Tesco, Asda and Waitrose are the latest supermarkets to take a tougher stance on customers who refuse to wear a face covering without a medical exemption.
The move comes amid concerns that social distancing measures are not being adhered to in stores across the UK.
On Monday, Morrisons said those who decline to wear a mask without a medical exemption would not be allowed inside its shops.
Sainsbury’s also said it would challenge customers not wearing a mask as well as those shopping in groups.
A spokesperson for the firm said guidance remained “shop alone if you can” and customers with children or carers would not be refused entry.
On Tuesday, Tesco said maskless shoppers would be barred unless they are exempt in line with Government guidance,
It also called for shoppers to be “kind, patient and respectful” towards staff.
A spokesman said: “We are also asking our customers to shop alone, unless they’re a carer or with children.
“To support our colleagues, we will have additional security in stores to help manage this.”
Echoing Tesco’s calls for customers to treat staff with respect, an Asda spokesman said: “If a customer has forgotten their face covering, we will continue to offer them one free of charge.
“But should a customer refuse to wear a covering without a valid medical reason and be in any way challenging to our colleagues about doing so, our security colleagues will refuse their entry.”
Waitrose has also followed suit and said marshals will be stationed at entrances to offer disposable masks if needed and deny entry to anyone refusing to comply.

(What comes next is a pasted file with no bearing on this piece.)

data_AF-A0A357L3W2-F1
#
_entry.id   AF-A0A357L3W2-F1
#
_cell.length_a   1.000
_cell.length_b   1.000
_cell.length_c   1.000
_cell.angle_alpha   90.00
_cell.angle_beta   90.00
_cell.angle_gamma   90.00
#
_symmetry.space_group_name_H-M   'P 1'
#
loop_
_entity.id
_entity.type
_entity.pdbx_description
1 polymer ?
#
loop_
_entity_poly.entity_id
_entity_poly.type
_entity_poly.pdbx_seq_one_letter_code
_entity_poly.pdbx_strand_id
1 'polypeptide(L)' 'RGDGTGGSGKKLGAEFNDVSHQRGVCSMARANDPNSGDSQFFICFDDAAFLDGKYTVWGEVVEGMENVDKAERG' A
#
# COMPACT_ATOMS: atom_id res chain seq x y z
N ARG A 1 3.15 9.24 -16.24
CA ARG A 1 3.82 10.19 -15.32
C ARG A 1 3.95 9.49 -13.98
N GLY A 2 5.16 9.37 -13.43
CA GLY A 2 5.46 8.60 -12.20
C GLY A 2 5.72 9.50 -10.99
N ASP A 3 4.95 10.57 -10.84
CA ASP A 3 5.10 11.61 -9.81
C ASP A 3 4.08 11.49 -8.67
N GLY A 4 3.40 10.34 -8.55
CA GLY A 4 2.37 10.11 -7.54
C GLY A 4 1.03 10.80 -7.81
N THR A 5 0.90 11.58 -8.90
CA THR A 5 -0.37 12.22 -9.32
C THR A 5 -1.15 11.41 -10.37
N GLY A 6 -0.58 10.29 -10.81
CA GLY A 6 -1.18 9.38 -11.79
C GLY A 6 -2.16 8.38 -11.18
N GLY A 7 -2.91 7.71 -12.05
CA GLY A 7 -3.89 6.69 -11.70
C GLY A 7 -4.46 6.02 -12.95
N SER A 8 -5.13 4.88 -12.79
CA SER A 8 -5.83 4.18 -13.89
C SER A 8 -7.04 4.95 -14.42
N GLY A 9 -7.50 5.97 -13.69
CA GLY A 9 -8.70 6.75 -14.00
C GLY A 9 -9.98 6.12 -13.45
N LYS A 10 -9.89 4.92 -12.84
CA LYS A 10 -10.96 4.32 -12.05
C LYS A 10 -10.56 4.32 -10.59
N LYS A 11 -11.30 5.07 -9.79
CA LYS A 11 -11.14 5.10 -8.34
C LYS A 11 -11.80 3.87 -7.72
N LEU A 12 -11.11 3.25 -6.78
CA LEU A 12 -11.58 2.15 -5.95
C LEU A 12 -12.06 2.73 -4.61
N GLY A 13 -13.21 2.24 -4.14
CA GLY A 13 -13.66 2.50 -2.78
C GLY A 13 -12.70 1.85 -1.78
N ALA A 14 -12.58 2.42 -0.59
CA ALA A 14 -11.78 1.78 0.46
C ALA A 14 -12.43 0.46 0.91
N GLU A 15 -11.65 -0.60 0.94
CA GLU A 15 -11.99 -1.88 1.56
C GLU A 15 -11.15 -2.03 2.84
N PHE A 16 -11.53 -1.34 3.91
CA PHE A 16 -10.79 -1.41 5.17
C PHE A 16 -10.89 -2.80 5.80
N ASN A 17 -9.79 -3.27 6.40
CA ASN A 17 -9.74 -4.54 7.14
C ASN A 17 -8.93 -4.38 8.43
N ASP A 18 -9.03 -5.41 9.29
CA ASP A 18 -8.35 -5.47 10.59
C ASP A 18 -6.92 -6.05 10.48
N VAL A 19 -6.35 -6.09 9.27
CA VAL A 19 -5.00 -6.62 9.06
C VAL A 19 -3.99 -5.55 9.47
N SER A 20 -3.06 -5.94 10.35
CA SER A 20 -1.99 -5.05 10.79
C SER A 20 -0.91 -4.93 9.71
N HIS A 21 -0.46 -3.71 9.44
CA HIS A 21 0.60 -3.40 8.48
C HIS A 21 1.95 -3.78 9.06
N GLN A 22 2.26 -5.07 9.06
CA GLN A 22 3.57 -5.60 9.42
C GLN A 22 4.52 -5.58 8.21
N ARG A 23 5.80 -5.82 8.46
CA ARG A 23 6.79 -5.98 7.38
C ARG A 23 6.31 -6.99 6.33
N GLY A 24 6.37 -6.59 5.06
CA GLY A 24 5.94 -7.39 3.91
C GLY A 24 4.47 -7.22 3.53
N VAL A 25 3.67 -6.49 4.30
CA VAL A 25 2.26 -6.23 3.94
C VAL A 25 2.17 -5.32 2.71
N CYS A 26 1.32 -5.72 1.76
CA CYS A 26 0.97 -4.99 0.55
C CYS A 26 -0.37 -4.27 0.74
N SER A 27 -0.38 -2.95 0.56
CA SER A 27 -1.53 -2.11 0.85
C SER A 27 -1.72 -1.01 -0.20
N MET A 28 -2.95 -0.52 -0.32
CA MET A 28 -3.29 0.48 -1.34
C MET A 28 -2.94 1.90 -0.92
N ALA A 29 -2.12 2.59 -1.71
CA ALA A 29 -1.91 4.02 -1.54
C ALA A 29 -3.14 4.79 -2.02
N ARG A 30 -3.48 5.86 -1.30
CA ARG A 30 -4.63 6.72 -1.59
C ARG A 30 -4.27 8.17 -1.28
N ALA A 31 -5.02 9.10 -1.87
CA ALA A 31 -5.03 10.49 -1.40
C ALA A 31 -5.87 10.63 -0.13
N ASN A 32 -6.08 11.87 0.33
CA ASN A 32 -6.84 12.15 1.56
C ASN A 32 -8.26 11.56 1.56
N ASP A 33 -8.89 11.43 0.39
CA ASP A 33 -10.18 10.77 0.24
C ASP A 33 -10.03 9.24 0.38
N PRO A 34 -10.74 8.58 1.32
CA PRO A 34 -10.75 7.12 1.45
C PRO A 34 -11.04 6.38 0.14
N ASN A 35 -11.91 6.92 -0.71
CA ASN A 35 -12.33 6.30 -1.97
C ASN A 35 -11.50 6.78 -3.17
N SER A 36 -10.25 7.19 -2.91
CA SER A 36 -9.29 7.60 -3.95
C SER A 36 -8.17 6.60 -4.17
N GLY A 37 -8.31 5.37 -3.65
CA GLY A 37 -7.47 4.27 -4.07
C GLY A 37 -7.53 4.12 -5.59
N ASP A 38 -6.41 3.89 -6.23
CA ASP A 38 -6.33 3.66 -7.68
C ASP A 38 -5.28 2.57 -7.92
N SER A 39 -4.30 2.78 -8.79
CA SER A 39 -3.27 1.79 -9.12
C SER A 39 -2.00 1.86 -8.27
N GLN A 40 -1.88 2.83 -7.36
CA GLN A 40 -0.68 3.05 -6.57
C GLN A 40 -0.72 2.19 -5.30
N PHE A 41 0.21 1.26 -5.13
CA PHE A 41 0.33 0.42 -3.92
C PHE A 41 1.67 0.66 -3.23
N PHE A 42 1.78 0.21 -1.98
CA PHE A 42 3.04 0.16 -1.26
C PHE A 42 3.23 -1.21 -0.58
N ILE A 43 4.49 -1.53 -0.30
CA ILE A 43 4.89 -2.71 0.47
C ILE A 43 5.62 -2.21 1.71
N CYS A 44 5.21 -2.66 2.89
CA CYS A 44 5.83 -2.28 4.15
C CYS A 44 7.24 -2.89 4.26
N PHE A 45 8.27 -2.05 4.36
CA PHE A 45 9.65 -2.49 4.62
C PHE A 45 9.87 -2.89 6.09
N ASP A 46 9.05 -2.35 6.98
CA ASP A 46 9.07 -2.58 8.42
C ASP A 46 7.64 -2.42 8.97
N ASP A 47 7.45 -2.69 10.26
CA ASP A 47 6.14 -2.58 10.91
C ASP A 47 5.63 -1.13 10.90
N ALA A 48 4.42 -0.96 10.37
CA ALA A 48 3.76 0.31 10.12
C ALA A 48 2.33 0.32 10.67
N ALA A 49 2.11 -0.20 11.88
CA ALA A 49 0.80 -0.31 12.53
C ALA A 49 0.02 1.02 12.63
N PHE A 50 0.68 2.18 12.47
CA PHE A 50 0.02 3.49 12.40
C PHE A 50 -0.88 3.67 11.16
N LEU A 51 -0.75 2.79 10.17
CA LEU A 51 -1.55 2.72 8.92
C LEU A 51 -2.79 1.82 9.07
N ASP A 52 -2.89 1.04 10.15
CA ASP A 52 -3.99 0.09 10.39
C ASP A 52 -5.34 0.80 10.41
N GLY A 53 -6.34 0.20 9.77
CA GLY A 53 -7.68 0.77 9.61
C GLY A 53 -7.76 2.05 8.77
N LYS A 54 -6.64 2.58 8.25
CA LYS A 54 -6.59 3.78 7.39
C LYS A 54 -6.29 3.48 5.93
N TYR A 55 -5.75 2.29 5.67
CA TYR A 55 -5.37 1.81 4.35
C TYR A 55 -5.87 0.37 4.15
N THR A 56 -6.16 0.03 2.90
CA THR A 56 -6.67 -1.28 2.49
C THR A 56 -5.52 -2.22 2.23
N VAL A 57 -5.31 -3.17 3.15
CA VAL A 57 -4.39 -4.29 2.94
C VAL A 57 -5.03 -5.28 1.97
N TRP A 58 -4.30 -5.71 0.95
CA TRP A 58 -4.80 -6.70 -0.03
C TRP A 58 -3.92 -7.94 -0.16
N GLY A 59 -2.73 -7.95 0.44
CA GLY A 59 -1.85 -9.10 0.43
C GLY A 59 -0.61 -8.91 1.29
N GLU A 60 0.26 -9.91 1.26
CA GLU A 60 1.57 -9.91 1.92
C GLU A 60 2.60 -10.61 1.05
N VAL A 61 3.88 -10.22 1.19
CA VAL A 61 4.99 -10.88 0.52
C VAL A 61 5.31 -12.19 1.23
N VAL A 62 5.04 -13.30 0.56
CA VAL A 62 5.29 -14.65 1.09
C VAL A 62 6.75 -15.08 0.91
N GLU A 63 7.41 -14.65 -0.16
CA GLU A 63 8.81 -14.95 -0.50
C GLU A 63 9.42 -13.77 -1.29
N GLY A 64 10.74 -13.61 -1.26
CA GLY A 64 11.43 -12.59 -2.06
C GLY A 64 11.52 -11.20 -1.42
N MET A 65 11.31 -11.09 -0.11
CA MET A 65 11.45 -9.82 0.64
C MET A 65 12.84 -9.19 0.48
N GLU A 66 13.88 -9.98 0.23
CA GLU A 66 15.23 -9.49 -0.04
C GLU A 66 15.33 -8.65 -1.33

It has also suspended click-and-collect services based within John Lewis department stores to avoid non-essential travel, while in-home services will be carried out only if “essential” to customers’ wellbeing.
Andrew Murphy, executive director of operations at Waitrose parent company, the John Lewis Partnership, said: “By insisting on the wearing of face coverings, over and above the social distancing measures we already have in place, we aim to make our shops even safer for customers.”
Asked whether Co-op Food stores will take similar steps, chief executive Jo Whitfield said all customers “must take responsibility for wearing a face mask”.
She said: “We’ve increased our in-store messaging to remind customers and Government guidance does state that the police can take measures if members of the public don’t comply with this law.”
Shopworkers’ union Usdaw earlier said that it had been “inundated” with complaints from its members – who are classed as key workers – and called for supermarkets to revert to more stringent in-store measures.
Usdaw general secretary Paddy Lillis said: “Retail staff are working with the public every day and not only suffer increased abuse, but are deeply worried about catching Covid-19.
“Where safety measures are agreed, retailers need to make sure that they are being followed consistently, in every store.
“We are also very concerned by reports that too many customers are not following necessary safety measures like social distancing, wearing a face covering and only shopping for essential items.
“Many retail workers are at a greater risk of catching the virus and bringing it home to their families.
“These key workers must be valued, respected and protected.”